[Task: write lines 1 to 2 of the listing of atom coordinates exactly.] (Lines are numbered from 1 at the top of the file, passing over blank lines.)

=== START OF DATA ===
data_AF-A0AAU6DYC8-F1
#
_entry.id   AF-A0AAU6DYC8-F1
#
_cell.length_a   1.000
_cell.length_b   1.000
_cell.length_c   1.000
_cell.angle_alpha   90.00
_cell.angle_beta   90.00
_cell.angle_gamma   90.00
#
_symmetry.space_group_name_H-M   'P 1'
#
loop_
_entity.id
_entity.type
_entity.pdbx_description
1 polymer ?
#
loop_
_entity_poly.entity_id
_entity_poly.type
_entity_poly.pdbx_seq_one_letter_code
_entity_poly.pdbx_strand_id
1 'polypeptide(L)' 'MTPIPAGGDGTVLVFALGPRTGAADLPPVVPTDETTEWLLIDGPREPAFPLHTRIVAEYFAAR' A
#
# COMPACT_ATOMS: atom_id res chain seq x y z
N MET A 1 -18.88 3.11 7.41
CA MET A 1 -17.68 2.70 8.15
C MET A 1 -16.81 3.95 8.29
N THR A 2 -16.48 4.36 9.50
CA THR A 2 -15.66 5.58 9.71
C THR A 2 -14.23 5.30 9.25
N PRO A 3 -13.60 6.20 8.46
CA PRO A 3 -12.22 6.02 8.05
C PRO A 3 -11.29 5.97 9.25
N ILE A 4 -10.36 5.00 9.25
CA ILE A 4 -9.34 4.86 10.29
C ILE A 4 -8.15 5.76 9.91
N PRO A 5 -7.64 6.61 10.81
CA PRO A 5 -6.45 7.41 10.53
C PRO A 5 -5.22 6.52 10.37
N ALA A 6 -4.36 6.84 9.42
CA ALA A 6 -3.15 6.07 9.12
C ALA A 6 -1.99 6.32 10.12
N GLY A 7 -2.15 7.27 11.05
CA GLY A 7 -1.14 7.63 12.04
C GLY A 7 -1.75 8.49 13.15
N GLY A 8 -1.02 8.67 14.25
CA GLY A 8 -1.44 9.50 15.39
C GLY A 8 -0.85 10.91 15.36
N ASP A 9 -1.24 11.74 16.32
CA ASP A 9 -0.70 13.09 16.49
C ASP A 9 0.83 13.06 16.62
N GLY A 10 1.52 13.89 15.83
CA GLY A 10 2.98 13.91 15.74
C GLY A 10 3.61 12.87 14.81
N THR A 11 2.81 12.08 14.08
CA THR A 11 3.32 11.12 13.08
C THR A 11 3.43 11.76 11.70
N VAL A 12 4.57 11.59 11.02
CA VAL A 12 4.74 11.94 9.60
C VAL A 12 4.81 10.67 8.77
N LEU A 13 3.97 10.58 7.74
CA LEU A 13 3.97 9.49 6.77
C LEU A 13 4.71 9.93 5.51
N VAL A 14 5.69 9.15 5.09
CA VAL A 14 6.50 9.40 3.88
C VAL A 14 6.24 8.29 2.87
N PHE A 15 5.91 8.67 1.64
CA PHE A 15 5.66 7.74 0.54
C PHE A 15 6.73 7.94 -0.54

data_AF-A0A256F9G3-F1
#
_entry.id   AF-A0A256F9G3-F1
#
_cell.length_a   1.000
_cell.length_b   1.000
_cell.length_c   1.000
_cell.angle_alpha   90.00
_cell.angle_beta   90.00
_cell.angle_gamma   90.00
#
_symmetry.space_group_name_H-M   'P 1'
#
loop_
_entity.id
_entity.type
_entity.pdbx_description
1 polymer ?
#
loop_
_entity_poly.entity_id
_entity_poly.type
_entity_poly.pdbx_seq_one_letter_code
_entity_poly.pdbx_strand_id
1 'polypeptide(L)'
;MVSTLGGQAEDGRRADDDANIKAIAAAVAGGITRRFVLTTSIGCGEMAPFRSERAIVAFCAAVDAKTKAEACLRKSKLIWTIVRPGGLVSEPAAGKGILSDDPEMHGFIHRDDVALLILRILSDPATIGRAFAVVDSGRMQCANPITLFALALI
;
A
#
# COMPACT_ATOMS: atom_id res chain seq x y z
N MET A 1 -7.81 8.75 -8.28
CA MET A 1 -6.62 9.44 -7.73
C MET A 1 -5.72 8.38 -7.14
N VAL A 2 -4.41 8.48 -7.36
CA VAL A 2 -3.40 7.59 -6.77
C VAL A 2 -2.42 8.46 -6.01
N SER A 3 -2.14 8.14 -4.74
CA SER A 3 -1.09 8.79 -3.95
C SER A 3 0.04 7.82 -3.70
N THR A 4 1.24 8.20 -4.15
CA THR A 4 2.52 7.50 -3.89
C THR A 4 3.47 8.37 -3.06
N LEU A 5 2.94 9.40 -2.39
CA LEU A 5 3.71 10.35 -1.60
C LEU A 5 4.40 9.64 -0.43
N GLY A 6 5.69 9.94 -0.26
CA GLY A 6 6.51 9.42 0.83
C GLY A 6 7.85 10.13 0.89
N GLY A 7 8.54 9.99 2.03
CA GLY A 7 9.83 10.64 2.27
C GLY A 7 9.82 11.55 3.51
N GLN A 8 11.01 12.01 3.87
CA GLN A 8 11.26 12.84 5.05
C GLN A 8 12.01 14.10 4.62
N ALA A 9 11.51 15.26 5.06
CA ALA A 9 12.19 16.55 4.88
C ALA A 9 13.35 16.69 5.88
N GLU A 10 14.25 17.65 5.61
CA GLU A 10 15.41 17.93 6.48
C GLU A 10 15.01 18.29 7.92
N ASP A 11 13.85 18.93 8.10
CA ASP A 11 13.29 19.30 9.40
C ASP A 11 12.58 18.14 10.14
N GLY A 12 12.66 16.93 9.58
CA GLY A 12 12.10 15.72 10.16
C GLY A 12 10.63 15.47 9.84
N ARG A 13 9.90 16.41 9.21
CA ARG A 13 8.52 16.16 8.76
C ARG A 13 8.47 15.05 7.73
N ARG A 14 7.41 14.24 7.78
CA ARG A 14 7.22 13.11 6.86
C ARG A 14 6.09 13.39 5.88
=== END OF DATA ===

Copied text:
data_AF-A0AAU6DYC8-F1
#